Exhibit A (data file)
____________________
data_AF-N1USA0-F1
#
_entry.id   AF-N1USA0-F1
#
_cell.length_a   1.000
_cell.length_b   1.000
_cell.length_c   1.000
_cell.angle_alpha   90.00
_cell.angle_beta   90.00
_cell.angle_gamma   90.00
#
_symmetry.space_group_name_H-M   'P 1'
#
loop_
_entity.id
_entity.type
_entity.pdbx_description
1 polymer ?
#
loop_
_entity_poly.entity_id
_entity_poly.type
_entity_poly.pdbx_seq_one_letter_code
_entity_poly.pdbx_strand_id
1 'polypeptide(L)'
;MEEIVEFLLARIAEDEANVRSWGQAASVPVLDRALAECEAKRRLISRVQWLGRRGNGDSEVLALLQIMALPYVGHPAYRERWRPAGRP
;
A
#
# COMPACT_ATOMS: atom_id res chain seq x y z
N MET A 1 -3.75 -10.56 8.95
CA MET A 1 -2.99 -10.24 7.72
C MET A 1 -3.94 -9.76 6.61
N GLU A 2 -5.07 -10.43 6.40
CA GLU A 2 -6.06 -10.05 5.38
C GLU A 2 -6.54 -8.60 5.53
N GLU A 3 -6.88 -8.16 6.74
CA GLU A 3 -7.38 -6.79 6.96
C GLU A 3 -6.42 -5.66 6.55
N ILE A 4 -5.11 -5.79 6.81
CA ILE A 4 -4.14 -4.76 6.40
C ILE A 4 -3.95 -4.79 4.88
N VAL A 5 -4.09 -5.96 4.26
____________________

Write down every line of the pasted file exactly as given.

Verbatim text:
data_AF-N1USA0-F1
#
_entry.id   AF-N1USA0-F1
#
_cell.length_a   1.000
_cell.length_b   1.000
_cell.length_c   1.000
_cell.angle_alpha   90.00
_cell.angle_beta   90.00
_cell.angle_gamma   90.00
#
_symmetry.space_group_name_H-M   'P 1'
#
loop_
_entity.id
_entity.type
_entity.pdbx_description
1 polymer ?
#
loop_
_entity_poly.entity_id
_entity_poly.type
_entity_poly.pdbx_seq_one_letter_code
_entity_poly.pdbx_strand_id
1 'polypeptide(L)'
;MEEIVEFLLARIAEDEANVRSWGQAASVPVLDRALAECEAKRRLISRVQWLGRRGNGDSEVLALLQIMALPYVGHPAYRERWRPAGRP
;
A
#
# COMPACT_ATOMS: atom_id res chain seq x y z
N MET A 1 -3.75 -10.56 8.95
CA MET A 1 -2.99 -10.24 7.72
C MET A 1 -3.94 -9.76 6.61
N GLU A 2 -5.07 -10.43 6.40
CA GLU A 2 -6.06 -10.05 5.38
C GLU A 2 -6.54 -8.60 5.53
N GLU A 3 -6.88 -8.16 6.74
CA GLU A 3 -7.38 -6.79 6.96
C GLU A 3 -6.42 -5.66 6.55
N ILE A 4 -5.11 -5.79 6.81
CA ILE A 4 -4.14 -4.76 6.40
C ILE A 4 -3.95 -4.79 4.88
N VAL A 5 -4.09 -5.96 4.26